Lewis Hamilton87.92787.64388.62692.9987.21987.35589.77487.988
Nico Rosberg87.81288.02487.90187.97888.23587.07487.56488.26190.11188.39888.91988.31491.25588.188.205
Daniel Ricciardo88.37188.76288.82689.6689.23690.07389.47290.04589.39589.41389.62789.18989.14889.09688.9689.1389.66789.697
Daniil Kvyat89.6789.33989.21489.20989.13989.63689.87489.39589.47389.80489.86489.32889.45489.52589.626
Felipe Massa89.06389.20289.03888.91988.67793.76188.89589.04789.76989.59489.3689.30789.644
Valtteri Bottas88.59488.75288.62988.46788.51688.43388.31788.21288.89789.32788.82589.12689.11289.20389.07989.50589.49189.82594.371
Sebastian Vettel88.96688.76988.72588.68188.45788.54888.86188.64388.73288.83988.70288.72788.70388.82889.06789.137
Kimi Raikkonen88.12288.38288.55888.28688.70588.588.17988.45889.0588.27889.56988.58388.67588.70688.94489.19188.57388.788
Fernando Alonso90.78390.75490.72791.27591.12192.33891.68591.2890.893
Nico Hulkenberg89.50289.1289.02488.98488.67989.21388.88789.20689.22890.73489.43689.35889.46389.33489.6289.59489.58489.804
Sergio Perez89.28588.99188.70588.62888.77289.52789.64889.65689.36789.18591.55689.55989.47889.72890.18990.684
Max Verstappen89.08388.81389.10790.0789.67489.5789.3389.34989.29589.44190.41889.6689.48190.435
Carlos Sainz Jnr88.55389.61589.17189.01489.09288.89188.86788.789.49489.08288.99588.72788.94388.98989.0989.19189.60289.4889.117
Romain Grosjean89.55788.9289.08889.189.17790.15791.29291.19291.00190.66290.91590.33690.19190.39390.25390.33490.59490.219
Pastor Maldonado89.80888.77789.41391.6289.21390.72590.01990.38989.95189.79190.11390.60290.7490.99990.63790.69190.7991.599
Marcus Ericsson89.48989.61990.07389.71189.73589.54989.6689.857
Felipe Nasr90.21290.13191.6590.54490.23789.9690.12190.254
Will Stevens92.68392.37592.44992.45493.11992.27491.97693.44592.52593.25592.81592.48892.5992.663
Roberto Merhi92.3992.64192.15493.37892.9192.88693.29792.07293.68692.03692.04792.37592.50994.89197.93894.199

Complete practice times

PosDriverCarFP1FP2Total laps
1Lewis HamiltonMercedes1’24.6701’24.27952
2Nico RosbergMercedes1’25.1331’24.30057
3Sebastian VettelFerrari1’26.2581’25.03853
4Sergio PerezForce India-Mercedes1’26.7301’25.27863
5Nico HulkenbergForce India-Mercedes1’26.6121’25.32562
6Kimi RaikkonenFerrari1’26.7831’25.38055
7Romain GrosjeanLotus-Mercedes1’25.49741
8Pastor MaldonadoLotus-Mercedes1’27.1181’25.51369
9Valtteri BottasWilliams-Mercedes1’27.0751’25.64759
10Felipe MassaWilliams-Mercedes1’26.9361’25.89153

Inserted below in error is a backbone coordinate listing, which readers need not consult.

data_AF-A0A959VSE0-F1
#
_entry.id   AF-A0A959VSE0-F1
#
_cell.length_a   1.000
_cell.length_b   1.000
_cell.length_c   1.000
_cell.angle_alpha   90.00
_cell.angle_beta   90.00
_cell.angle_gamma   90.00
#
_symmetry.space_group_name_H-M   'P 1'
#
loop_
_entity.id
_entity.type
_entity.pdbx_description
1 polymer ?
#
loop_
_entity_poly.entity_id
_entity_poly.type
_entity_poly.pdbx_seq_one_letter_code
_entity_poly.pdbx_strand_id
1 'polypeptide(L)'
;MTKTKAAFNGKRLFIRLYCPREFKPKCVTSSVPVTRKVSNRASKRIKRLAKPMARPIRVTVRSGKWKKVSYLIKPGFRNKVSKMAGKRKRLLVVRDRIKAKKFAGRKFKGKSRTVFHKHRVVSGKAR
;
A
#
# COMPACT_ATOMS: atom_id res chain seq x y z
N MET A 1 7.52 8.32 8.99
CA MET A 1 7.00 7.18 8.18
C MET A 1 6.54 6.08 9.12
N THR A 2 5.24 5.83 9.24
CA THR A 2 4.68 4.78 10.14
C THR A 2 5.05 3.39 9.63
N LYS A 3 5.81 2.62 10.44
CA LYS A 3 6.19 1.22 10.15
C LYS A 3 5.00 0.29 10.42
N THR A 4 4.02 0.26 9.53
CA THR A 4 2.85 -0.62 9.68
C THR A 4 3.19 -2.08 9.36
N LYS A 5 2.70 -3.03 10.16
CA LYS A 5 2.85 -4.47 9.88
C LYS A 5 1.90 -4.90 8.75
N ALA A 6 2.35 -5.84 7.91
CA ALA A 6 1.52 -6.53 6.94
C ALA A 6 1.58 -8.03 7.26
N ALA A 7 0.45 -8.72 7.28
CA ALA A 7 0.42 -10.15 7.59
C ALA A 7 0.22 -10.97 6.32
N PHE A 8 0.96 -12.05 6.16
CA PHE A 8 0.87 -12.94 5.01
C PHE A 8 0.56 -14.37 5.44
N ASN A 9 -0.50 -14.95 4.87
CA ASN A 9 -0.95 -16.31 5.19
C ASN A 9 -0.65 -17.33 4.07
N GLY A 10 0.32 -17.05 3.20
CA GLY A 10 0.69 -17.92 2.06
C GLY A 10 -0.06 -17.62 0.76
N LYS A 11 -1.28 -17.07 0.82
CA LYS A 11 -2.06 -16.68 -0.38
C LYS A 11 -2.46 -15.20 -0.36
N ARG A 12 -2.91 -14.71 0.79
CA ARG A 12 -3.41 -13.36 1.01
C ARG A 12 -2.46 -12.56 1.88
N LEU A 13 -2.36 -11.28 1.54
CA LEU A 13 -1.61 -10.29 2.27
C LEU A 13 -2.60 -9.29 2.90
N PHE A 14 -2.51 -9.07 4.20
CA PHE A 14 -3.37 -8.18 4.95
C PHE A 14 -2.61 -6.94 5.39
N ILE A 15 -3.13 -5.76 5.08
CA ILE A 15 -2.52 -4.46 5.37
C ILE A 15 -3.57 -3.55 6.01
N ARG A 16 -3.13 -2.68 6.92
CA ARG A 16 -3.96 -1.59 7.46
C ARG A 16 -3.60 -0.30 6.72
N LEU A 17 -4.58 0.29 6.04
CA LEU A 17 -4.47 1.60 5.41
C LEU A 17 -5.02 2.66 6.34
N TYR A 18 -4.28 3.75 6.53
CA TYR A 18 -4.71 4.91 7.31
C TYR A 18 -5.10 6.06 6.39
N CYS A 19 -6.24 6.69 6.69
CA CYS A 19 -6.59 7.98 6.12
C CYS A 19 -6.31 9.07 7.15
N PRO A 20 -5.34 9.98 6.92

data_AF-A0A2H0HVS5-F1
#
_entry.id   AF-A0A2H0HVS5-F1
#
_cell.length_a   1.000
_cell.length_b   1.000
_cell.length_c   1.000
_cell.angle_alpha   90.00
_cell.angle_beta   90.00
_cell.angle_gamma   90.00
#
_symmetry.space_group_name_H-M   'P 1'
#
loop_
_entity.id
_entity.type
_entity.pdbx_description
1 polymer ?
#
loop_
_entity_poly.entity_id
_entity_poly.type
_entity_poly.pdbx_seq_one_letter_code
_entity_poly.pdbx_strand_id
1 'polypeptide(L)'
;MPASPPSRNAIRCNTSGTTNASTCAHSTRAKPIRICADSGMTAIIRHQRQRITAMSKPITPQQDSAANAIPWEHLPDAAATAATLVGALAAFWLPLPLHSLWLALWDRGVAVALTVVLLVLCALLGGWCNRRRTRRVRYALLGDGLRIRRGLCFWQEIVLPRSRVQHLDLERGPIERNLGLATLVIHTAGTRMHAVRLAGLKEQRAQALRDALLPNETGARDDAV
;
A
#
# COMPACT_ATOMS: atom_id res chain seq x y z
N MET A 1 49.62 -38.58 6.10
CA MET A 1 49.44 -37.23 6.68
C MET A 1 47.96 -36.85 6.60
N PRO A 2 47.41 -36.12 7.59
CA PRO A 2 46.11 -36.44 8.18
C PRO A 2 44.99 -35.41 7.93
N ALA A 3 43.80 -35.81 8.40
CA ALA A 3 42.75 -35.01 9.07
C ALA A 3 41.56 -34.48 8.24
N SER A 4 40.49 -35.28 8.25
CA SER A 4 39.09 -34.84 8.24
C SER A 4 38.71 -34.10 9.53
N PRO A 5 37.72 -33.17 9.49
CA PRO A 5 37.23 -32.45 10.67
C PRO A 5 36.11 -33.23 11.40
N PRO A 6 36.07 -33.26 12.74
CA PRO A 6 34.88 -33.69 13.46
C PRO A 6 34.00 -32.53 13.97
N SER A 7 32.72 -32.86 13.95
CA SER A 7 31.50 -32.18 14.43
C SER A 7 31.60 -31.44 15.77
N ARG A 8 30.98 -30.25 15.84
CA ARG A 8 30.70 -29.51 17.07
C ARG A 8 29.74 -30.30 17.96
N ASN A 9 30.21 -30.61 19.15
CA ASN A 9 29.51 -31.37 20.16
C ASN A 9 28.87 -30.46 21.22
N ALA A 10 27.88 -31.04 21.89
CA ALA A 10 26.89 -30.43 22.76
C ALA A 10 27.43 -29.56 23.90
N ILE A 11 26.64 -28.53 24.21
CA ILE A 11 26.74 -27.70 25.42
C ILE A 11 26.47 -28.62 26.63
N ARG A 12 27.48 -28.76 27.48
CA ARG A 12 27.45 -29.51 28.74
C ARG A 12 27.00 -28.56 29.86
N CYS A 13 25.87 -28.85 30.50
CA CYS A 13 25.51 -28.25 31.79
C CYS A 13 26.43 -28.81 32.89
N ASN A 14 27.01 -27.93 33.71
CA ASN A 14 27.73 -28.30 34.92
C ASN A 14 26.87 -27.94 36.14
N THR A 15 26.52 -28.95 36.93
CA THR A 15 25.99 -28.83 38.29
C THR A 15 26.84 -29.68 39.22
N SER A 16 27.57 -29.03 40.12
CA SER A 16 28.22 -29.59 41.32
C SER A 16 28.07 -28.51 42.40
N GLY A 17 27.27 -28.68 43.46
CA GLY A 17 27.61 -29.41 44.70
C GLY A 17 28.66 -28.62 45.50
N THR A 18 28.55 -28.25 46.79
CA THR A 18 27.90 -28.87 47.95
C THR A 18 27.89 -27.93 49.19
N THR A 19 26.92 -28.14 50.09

11Felipe NasrSauber-Ferrari1’27.2321’26.11451
12Marcus EricssonSauber-Ferrari1’27.4541’26.13349
13Daniel RicciardoRed Bull-Renault1’26.9221’26.22254
14Max VerstappenToro Rosso-Renault1’27.5911’26.45465
15Carlos Sainz JnrToro Rosso-Renault1’27.9071’26.64158
16Fernando AlonsoMcLaren-Honda1’28.0231’26.96642
17Daniil KvyatRed Bull-Renault1’27.2751’28.72357
18Jolyon PalmerLotus-Mercedes1’27.66928
19Will StevensManor-Ferrari1’29.8531’28.20151
20Jenson ButtonMcLaren-Honda1’28.4231’28.47115
21Roberto MerhiManor-Ferrari1’29.9111’28.43939

2015 Italian Grand Prix

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Author information

Keith Collantine
Lifelong motor sport fan Keith set up RaceFans in 2005 - when it was originally called F1 Fanatic. Having previously worked as a motoring...

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15 comments on “Tyre tweaks make no difference to Mercedes’ lead”

  1. It would be great to have a discussion of long stint times with a description of tires used, drop off points, and laps done. This is key info and none of the F1 websites seem to provide these details. This page is the best there is so far as I can find, but it is too sketchy.

    1. I would consider putting the focus more on that if I thought there was demand for it – my past experience has shown there is nothing like the level of interest necessary to sustain the time and effort which producing that kind of analysis would require. Particularly given that we’re talking about an article which will be of zero interest to anyone once the chequered flag falls on Sunday, and that spending more time on this would have a knock-on effect on other areas of the site. But as I say I’m always open to change, and I’d be interested to hear what others have to say.